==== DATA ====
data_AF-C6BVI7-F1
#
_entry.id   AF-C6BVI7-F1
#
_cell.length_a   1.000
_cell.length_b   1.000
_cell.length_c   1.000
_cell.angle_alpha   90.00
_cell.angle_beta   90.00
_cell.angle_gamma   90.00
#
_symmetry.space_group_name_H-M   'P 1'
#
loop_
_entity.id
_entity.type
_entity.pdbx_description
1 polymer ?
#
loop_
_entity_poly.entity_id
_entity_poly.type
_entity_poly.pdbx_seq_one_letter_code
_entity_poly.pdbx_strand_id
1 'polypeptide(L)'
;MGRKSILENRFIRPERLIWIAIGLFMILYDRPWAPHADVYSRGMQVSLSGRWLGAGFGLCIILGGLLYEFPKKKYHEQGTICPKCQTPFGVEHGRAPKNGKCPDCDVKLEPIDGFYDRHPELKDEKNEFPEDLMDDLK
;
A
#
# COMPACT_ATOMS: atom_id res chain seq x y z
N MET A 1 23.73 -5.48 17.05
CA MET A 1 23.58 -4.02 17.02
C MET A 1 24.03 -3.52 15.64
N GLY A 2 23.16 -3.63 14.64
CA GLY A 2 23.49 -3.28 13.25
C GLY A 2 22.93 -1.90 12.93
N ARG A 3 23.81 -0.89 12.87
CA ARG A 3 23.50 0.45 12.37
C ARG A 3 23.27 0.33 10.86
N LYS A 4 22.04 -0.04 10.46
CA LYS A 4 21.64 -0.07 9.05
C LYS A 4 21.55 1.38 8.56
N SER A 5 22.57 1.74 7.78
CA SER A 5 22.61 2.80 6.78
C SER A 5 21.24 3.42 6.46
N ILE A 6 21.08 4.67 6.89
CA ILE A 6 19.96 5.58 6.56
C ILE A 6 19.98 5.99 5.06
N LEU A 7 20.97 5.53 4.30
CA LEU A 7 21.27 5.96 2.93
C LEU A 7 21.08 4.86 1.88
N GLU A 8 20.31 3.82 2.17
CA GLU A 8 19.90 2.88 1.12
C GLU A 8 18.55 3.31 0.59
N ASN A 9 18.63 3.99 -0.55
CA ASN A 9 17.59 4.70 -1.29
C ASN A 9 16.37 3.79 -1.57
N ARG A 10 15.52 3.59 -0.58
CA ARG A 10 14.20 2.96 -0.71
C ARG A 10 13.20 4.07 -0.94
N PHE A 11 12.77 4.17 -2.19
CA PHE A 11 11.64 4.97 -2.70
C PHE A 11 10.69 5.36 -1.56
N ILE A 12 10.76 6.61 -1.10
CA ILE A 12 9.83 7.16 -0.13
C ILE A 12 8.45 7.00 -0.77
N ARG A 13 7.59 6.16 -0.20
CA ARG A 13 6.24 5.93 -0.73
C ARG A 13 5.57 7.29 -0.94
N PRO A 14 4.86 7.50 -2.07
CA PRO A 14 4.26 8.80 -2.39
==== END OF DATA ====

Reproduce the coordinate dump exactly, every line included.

data_AF-C6BVI7-F1
#
_entry.id   AF-C6BVI7-F1
#
_cell.length_a   1.000
_cell.length_b   1.000
_cell.length_c   1.000
_cell.angle_alpha   90.00
_cell.angle_beta   90.00
_cell.angle_gamma   90.00
#
_symmetry.space_group_name_H-M   'P 1'
#
loop_
_entity.id
_entity.type
_entity.pdbx_description
1 polymer ?
#
loop_
_entity_poly.entity_id
_entity_poly.type
_entity_poly.pdbx_seq_one_letter_code
_entity_poly.pdbx_strand_id
1 'polypeptide(L)'
;MGRKSILENRFIRPERLIWIAIGLFMILYDRPWAPHADVYSRGMQVSLSGRWLGAGFGLCIILGGLLYEFPKKKYHEQGTICPKCQTPFGVEHGRAPKNGKCPDCDVKLEPIDGFYDRHPELKDEKNEFPEDLMDDLK
;
A
#
# COMPACT_ATOMS: atom_id res chain seq x y z
N MET A 1 23.73 -5.48 17.05
CA MET A 1 23.58 -4.02 17.02
C MET A 1 24.03 -3.52 15.64
N GLY A 2 23.16 -3.63 14.64
CA GLY A 2 23.49 -3.28 13.25
C GLY A 2 22.93 -1.90 12.93
N ARG A 3 23.81 -0.89 12.87
CA ARG A 3 23.50 0.45 12.37
C ARG A 3 23.27 0.33 10.86
N LYS A 4 22.04 -0.04 10.46
CA LYS A 4 21.64 -0.07 9.05
C LYS A 4 21.55 1.38 8.56
N SER A 5 22.57 1.74 7.78
CA SER A 5 22.61 2.80 6.78
C SER A 5 21.24 3.42 6.46
N ILE A 6 21.08 4.67 6.89
CA ILE A 6 19.96 5.58 6.56
C ILE A 6 19.98 5.99 5.06
N LEU A 7 20.97 5.53 4.30
CA LEU A 7 21.27 5.96 2.93
C LEU A 7 21.08 4.86 1.88
N GLU A 8 20.31 3.82 2.17
CA GLU A 8 19.90 2.88 1.12
C GLU A 8 18.55 3.31 0.59
N ASN A 9 18.63 3.99 -0.55
CA ASN A 9 17.59 4.70 -1.29
C ASN A 9 16.37 3.79 -1.57
N ARG A 10 15.52 3.59 -0.58
CA ARG A 10 14.20 2.96 -0.71
C ARG A 10 13.20 4.07 -0.94
N PHE A 11 12.77 4.17 -2.19
CA PHE A 11 11.64 4.97 -2.70
C PHE A 11 10.69 5.36 -1.56
N ILE A 12 10.76 6.61 -1.10
CA ILE A 12 9.83 7.16 -0.13
C ILE A 12 8.45 7.00 -0.77
N ARG A 13 7.59 6.16 -0.20
CA ARG A 13 6.24 5.93 -0.73
C ARG A 13 5.57 7.29 -0.94
N PRO A 14 4.86 7.50 -2.07
CA PRO A 14 4.26 8.80 -2.39